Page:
Art's Work in the Age of Biotechnology: Shaping Our Genetic Futures

  • Art's Work poster
    Art's Work poster

Evolution has gotten us this far. Design may take it from here. 

Aimed at raising awareness about genetic engineering, biotechnologies, and their consequences through the lens of art and design, Art’s Work in the Age of Biotechnology: Shaping Our Genetic Futures is an art-science exhibition organized by the NC State University Libraries and the Genetic Engineering and Society Center, and shown at the Gregg Museum of Art & Design, in the physical and digital display spaces of the Libraries, and on the grounds of the North Carolina Museum of Art.

By combining science and art and design, participating artists offer new insights about genetic engineering by bringing it out of the lab and into public places to challenge viewer’s understandings about the human condition, the material of our bodies, and the consequences of biotechnology. The exhibits, integrated curriculum, and cross-campus dialogues will raise awareness and discussion about biotechnologies and their consequences in our society while drawing upon art practices that reach new communities.

Exhibition participants were both solicited and chosen through an open call to artists, scientists, designers, and makers at all career stages. Many participants have exhibited widely and achieved international recognition, including Jon Davis, Siren Genomics, Kirsten Stolle, Paul Vanouse, Adam Zaretsky, Joe Davis, Emilia Tikka, Emeka Ikebude, Jennifer Willet, Charlotte Jarvis, Maria McKinney, Kerasynth, Ciara Redmond, Aaron Ellison, David Buckley Borden, and Joel Ong.

These artists have made a stunning and thought-provoking range of work. McKinney reinterprets pre-Christian European harvest rituals as precursors to modern genomics in their shared aspiration to influence how nature behaves in future generations of animal and plant species. She makes connections between ritual objects like a corn dolly—an object made through the intricate handcraft of binding straw with the final sheaf of that year’s crop— and contemporary practices of bioinformatics and breeding strategies to create more physically healthy and commercially productive animals. Ikebude makes portraits out of hundreds of thousands of used toothpicks collected from restaurants which retain people’s DNA and microbiomes in the saliva, blood, and food particles on the toothpicks. He raises questions about the location of identity in the complex relationship between one’s body and the microbial community one hosts.

Organizers hope that exhibits at both the Gregg and the Libraries will prompt discussion about genetics in society and offer viewers new ways to think about their role in the genetic revolution. Visitors are also encouraged to visit From Teosinte to Tomorrow, a 100 x 100-foot corn maze planted at the North Carolina Museum of Art’s museum park. This immersive, experiential work takes visitors on an agricultural trip back in time to see the origins of the corn they buy from the grocery today and consider the millennia of cultivation and hybridization techniques that have produced it. The corn maze is up until the end of October 2019.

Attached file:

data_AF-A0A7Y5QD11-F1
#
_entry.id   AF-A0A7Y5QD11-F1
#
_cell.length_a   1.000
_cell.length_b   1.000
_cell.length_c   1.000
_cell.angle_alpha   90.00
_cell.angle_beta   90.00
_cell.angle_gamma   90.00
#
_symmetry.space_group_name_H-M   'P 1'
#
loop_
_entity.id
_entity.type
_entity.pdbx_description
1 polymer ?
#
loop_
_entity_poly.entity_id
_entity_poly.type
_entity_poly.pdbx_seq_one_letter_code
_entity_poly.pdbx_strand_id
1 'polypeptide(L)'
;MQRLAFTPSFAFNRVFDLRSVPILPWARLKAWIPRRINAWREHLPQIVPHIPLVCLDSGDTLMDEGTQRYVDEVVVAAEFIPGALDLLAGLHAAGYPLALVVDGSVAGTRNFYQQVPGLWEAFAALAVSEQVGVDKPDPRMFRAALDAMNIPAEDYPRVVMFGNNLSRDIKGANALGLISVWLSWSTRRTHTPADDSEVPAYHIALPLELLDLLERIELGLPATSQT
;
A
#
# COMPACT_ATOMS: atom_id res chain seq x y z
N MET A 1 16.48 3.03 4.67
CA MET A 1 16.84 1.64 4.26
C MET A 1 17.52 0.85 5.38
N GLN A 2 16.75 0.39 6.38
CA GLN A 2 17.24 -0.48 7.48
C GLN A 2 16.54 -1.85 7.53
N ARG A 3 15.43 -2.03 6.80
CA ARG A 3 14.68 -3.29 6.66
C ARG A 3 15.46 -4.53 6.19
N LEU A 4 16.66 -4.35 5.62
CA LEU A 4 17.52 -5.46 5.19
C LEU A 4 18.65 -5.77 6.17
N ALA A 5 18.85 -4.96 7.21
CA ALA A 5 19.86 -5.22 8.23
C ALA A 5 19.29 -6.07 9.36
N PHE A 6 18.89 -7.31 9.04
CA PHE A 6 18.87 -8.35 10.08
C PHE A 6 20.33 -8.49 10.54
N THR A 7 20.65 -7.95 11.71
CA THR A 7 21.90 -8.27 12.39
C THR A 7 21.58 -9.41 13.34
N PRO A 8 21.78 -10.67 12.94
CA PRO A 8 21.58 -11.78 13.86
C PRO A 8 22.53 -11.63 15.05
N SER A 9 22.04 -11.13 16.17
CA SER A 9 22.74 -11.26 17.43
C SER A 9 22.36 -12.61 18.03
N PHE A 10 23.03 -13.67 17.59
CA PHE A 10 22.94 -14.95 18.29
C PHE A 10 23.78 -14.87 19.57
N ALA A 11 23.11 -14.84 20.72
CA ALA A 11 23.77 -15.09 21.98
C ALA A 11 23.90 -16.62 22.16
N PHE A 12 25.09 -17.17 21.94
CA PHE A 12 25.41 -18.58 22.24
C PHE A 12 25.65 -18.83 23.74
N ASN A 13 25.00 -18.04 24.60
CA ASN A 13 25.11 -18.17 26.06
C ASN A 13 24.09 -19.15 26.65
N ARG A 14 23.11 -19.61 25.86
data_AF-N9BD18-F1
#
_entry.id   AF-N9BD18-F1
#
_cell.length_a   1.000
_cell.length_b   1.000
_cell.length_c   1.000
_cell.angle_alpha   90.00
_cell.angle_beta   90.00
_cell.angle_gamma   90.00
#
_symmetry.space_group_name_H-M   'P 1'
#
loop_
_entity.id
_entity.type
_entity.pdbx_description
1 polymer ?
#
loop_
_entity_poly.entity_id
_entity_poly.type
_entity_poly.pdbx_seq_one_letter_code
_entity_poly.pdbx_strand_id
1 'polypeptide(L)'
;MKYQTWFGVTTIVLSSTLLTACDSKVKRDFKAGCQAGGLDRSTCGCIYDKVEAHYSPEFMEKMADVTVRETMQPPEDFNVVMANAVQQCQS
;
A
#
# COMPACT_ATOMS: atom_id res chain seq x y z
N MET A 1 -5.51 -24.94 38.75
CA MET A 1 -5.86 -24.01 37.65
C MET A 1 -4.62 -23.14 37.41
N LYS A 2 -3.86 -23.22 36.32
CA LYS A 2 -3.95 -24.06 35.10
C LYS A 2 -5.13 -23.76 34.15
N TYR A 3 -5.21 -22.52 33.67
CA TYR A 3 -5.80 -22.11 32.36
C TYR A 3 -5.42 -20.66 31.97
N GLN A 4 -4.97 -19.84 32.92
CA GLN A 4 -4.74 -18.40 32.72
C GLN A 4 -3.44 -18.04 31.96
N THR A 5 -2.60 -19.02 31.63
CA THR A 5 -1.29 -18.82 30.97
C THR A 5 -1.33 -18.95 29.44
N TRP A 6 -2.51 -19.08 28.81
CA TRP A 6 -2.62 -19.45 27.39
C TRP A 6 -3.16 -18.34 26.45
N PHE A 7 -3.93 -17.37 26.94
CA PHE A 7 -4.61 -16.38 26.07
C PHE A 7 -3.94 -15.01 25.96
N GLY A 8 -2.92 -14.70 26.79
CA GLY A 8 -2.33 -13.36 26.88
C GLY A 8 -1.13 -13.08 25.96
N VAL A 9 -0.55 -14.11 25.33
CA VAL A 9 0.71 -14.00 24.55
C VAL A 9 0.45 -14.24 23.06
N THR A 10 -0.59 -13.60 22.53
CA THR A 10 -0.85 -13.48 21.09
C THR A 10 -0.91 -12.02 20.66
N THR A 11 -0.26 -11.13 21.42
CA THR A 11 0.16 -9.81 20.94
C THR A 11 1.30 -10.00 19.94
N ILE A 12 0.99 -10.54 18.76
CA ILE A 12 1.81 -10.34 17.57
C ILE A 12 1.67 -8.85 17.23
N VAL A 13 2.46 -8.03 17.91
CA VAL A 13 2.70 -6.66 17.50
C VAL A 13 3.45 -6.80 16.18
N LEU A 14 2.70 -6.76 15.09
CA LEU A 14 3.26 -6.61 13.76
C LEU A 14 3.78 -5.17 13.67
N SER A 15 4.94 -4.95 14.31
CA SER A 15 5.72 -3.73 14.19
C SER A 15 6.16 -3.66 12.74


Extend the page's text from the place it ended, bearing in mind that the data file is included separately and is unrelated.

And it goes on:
Art’s Work is guest curated by Hannah Star Rogers, an accomplished curator, poet, and current STIS Visiting Scholar at the University of Edinburgh. Rogers received her MFA in poetry from Columbia University and Ph.D. at Cornell University on the intersection of art and science. She curated Making Science Visible: The Photography of Berenice Abbott, which received an exhibits prize from the British Society for the History of Science and resulted in an invited lecture at the Smithsonian Archives of American Art. She is past Director of Research and Collaboration for Emerge: Artists and Scientists Redesign the Future 2016 and served as Guest Bioart Curator for 2017.

Art’s Work developed out of ideas generated during a symposium of scientists, artists, and scholars at the Hunt Library and an interactive pop-up exhibit at CAM Raleigh in April 2017. Six nationally recognized artists working in the realm of biotechnology and genetic engineering showed their work and hosted over 1,100 visitors during the First Friday event at CAM. People touched extracted DNA, sniffed perfumes from extinct flower species, and listened to improvisational musicians interpret genetic structures as musical scores. Feedback from the event and discussion topics from the symposium helped exhibition organizers to focus the art-science lens through which this work can be seen.

Author Margaret Atwood—whose classic novel The Handmaid’s Tale has garnered renewed interest through an acclaimed television series—will visit NC State as a part of Art’s Work on Friday, November 15 from 6:00 p.m.-7:30 p.m. in the State Ballroom at the Talley Student Union. During “An Evening with Margaret Atwood,” the author will read from and discuss her 2003 novel Oryx & Crake, covering a host of issues including genetic manipulation, corporate domination, and global pandemics. Tickets for the event have sold out.

Art’s Work is the result of a collaboration between the NC State University Libraries and the Genetic Engineering and Society Center, realized through partnerships with the Gregg Museum of Art & Design and the North Carolina Museum of Art.



Thursday, October 17, 2019 to Sunday, March 15, 2020


D. H. Hill Jr. Library and Gregg Museum of Art & Design

Other Information

Catalog cover

A full-color, 144-page, printed catalog of the exhibition is available through UNC Press. The catalog is also available in a web viewer here.


Free and open to the public.